Between the 1880s and the early 1950s, "coal was king" and its mining determined the well being of communities—not just those associated with mine sites but also rail and industrial centres. The mining of coal was a part of a national agenda that involved the encouragement of immigration, the building of railways and industrialization of Western Canada. The finding of coal, its extraction, processing and adaptation for various industrial uses were part of an intricate process that involved government, management, workers and the entire community. Not just mine sites and camps but entire communities were dependent on the mine. Company towns ranged from shacks under the shadow of tipples to model communities with opera houses, libraries and other amenities.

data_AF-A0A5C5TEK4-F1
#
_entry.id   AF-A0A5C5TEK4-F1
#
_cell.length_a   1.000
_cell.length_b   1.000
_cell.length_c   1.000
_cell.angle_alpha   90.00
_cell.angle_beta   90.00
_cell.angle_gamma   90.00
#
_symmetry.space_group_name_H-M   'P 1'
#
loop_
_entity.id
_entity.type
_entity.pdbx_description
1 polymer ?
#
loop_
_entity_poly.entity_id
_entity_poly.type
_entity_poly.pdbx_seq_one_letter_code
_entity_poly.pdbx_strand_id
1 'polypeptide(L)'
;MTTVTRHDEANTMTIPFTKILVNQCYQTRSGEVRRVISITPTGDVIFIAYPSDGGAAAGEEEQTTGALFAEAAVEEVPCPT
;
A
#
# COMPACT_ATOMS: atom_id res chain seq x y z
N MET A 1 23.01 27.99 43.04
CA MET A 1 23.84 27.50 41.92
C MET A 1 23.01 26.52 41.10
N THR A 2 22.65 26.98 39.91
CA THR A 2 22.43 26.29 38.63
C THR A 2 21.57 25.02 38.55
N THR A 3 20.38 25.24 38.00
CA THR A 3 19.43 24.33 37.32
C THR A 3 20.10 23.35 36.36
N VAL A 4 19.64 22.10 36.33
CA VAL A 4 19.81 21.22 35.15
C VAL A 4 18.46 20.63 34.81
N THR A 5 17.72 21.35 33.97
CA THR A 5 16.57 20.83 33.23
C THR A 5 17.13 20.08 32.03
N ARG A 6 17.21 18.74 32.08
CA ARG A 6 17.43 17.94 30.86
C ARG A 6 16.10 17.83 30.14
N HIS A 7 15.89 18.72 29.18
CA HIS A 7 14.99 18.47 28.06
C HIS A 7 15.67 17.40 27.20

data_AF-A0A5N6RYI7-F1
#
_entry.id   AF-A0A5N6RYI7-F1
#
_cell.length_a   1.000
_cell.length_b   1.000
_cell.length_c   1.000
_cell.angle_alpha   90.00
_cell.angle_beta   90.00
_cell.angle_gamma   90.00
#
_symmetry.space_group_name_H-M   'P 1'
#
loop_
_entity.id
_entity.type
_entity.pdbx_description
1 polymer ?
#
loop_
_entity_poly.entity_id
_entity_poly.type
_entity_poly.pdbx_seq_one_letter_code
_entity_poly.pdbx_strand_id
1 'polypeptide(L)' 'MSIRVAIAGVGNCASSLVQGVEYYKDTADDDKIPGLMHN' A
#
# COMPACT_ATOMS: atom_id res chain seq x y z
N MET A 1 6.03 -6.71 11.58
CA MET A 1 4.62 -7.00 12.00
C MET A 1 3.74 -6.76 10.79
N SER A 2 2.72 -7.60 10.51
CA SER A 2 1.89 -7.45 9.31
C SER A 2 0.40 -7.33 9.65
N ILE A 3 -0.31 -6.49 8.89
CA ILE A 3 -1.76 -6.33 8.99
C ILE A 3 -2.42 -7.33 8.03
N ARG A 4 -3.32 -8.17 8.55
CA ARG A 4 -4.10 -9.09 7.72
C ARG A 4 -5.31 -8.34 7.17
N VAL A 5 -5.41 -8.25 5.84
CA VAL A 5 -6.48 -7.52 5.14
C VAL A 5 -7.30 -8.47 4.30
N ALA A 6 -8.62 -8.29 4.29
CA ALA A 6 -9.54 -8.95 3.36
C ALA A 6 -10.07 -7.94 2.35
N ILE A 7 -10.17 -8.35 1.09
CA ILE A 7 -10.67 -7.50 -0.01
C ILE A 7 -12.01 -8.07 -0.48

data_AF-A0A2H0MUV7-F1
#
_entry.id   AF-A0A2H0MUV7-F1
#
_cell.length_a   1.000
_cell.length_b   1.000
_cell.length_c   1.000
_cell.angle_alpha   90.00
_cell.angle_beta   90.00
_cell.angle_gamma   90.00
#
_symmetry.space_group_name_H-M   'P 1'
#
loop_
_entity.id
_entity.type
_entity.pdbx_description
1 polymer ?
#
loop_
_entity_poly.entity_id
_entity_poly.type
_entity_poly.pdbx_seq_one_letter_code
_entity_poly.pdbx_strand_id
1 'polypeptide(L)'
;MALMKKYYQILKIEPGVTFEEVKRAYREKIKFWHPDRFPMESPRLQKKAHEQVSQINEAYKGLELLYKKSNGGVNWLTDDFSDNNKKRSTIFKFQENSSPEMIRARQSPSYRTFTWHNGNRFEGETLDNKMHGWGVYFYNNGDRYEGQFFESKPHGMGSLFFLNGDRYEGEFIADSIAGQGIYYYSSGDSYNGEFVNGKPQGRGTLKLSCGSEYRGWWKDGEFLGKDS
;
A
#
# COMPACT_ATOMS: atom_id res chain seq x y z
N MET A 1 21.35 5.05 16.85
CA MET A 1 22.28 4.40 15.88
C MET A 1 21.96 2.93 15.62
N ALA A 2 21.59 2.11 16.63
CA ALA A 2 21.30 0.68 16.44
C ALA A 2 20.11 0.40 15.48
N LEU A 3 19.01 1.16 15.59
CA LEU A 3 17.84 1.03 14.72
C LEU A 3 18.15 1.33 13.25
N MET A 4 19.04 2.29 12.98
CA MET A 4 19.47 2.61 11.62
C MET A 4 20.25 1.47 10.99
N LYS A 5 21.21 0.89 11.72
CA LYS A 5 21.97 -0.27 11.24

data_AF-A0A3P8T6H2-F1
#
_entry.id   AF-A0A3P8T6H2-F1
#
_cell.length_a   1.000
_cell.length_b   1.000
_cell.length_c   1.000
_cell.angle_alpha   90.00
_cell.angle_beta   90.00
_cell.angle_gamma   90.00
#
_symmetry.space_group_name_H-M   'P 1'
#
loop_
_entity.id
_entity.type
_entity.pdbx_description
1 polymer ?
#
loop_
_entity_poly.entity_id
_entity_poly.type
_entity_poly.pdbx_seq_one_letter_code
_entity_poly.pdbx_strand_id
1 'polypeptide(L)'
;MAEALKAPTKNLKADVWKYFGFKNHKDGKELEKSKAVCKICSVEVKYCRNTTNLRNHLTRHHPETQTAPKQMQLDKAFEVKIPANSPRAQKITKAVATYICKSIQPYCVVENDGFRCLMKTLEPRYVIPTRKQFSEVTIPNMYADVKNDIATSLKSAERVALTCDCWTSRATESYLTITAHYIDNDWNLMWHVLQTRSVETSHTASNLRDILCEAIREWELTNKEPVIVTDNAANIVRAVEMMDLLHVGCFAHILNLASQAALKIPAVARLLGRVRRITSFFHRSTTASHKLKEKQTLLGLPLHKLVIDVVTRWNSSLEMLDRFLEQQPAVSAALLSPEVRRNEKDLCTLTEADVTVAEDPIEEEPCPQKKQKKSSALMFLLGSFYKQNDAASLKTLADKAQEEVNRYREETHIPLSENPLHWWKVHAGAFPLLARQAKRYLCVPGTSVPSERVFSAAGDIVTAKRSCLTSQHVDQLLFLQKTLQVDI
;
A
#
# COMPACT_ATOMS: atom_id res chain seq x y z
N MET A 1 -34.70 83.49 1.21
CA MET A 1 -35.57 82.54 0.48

Today these early industrial sites are in decline and, in
many locations, have even disappeared. For example, the
Government of British Columbia to encourage tourism based on
pristine mountain scenery erased the coalmining towns of
and Michel. In the
Crowsnest Pass, there are a number of
designated historic sites but these are decaying. The
challenge of preserving and interpreting the industrial heritage
is enormous but, if we neglect it, we lose that sense of
struggle and overcoming of odds that is a part of our history.
The fact that industries cease to be important for economic and
technological reasons does not diminish their importance to
community story and the evolution of technology. As well,
the mines were important in the struggle for workers rights and
miners in Western Canada were among the most militant.